You can buy a water storage barrel online, but it's cheaper to get a used one from a company that uses large barrels to store food and other merchandise (just be sure to clean it thoroughly with soapy water). A rain barrel can also be made from a large plastic trash can. Get a barrel that will hold 30 to 55 gallons of water. If you decide to get a used barrel, make sure that it didn't formerly contain oil, pesticides, or any other type of toxic substance. 2Get additional supplies to turn the barrels into a water collection system. Method 2 of 4: Building a Rain Barrel Platform 1Level an area right next to your downspout. 3Stack concrete blocks on top of the pea gravel.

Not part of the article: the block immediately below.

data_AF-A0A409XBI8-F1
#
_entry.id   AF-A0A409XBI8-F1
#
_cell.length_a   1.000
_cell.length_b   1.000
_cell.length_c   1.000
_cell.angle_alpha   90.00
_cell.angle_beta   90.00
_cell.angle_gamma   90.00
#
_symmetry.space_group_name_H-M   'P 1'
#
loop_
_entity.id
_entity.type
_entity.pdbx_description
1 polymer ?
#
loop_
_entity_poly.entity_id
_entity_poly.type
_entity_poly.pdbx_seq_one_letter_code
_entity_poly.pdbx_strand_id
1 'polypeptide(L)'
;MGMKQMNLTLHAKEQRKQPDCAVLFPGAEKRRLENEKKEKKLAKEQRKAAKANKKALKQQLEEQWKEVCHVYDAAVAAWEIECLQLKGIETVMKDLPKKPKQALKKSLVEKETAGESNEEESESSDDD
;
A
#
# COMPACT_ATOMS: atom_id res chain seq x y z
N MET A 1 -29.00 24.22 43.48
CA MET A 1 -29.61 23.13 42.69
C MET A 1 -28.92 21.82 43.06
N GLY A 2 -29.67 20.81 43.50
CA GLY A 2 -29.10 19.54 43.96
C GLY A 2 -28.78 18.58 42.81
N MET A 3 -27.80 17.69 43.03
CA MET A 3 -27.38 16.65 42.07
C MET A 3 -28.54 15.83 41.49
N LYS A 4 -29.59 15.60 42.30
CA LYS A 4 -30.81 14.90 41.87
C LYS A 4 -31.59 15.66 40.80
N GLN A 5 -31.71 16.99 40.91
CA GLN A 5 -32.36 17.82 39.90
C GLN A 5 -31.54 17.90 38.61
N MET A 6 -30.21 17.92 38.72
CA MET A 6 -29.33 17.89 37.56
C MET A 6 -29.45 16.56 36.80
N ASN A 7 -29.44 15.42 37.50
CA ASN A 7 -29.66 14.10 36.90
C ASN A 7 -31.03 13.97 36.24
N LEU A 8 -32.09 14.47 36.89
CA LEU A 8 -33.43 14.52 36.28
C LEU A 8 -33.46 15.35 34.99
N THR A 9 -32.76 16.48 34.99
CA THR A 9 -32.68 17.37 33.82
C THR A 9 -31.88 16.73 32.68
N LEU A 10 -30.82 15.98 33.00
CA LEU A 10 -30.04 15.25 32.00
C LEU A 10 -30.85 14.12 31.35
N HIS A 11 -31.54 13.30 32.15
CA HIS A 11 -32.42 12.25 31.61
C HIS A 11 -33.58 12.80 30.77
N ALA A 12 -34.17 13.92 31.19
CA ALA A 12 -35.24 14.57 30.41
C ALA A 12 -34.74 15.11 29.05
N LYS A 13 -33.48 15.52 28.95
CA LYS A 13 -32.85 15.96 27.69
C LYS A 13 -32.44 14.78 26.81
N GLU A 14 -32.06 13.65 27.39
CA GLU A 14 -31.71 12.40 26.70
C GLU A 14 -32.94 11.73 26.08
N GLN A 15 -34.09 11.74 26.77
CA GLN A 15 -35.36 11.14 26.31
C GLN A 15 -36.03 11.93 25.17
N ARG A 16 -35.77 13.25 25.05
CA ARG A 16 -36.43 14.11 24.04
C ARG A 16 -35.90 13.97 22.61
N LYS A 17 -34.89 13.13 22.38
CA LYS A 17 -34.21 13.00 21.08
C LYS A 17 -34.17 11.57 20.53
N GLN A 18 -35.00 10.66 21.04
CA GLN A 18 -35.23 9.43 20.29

Method 3 of 4: Adding the Spigot and Overflow Valve 1Drill a spigot hole in the side of your barrel. 4Make an overflow valve. Method 4 of 4: Assembling the Collection System 1Connect the downspout elbow to the downspout. Tips Ad. Rainwater Collection Systems. Build a Rainwater Collection System. Ten years ago, I acquired two 55-gallon plastic drums to store an emergency supply of water for the impending Y2K disaster occurring at the stroke of midnight 2000. Of course, I became suspicious when the plane I was flying on did not fall out of the sky on 9/9/99 and my trusty Honda still ran like a charm well past January 1, 2000.